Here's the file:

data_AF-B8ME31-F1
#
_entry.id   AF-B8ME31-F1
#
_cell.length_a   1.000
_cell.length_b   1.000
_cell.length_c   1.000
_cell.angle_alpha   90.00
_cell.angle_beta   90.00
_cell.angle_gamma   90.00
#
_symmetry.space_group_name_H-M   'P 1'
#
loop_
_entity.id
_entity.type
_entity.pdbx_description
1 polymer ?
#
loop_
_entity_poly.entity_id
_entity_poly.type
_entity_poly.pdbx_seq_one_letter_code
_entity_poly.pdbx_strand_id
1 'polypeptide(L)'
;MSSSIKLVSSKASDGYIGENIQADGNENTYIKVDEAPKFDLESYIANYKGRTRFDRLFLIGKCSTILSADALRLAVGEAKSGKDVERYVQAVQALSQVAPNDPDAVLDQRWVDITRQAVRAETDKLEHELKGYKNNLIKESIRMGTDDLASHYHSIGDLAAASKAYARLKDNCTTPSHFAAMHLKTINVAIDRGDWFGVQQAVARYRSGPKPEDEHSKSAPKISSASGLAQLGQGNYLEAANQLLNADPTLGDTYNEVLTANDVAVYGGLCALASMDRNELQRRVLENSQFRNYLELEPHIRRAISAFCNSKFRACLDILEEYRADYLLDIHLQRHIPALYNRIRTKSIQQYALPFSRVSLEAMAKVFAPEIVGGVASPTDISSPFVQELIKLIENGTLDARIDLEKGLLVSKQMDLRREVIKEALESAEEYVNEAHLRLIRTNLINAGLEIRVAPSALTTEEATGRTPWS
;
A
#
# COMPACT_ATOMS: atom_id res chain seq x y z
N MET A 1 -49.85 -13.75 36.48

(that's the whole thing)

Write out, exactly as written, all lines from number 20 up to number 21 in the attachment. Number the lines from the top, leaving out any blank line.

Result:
loop_
_entity_poly.entity_id